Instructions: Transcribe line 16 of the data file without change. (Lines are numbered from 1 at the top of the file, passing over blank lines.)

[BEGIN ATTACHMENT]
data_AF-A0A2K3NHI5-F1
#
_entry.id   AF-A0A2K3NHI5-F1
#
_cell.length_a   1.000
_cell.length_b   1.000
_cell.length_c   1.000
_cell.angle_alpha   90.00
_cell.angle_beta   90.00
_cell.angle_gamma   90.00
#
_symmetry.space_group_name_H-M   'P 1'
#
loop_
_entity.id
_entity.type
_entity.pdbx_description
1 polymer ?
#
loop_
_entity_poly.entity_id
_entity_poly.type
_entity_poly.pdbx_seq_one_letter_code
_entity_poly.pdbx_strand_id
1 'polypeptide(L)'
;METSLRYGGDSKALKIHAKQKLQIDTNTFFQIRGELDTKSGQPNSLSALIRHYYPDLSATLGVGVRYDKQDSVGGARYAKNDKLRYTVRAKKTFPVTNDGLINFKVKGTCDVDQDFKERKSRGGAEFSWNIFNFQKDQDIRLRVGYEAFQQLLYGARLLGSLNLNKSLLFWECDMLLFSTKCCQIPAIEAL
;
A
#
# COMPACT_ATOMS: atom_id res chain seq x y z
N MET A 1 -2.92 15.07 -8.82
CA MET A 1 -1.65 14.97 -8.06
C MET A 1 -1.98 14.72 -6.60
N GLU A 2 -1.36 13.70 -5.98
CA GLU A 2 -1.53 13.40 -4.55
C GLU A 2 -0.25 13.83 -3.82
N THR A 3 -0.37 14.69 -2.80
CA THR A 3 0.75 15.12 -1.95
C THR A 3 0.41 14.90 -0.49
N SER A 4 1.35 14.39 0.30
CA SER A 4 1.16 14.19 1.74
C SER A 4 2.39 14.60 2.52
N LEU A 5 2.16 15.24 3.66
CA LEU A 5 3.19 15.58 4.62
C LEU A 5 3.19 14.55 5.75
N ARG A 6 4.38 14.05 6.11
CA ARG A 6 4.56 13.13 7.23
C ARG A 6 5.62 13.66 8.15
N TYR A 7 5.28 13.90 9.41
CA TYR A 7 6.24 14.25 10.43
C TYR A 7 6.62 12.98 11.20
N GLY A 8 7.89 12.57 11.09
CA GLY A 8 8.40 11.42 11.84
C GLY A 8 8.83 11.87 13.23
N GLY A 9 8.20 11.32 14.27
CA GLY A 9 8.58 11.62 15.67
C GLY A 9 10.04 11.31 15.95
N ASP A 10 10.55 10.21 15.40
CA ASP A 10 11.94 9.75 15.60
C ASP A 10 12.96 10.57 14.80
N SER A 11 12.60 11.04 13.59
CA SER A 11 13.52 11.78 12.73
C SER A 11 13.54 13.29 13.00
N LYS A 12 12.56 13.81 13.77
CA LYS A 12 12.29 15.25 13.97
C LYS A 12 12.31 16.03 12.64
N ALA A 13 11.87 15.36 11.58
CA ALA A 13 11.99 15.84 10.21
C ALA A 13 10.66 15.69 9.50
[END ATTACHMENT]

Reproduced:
_entity.type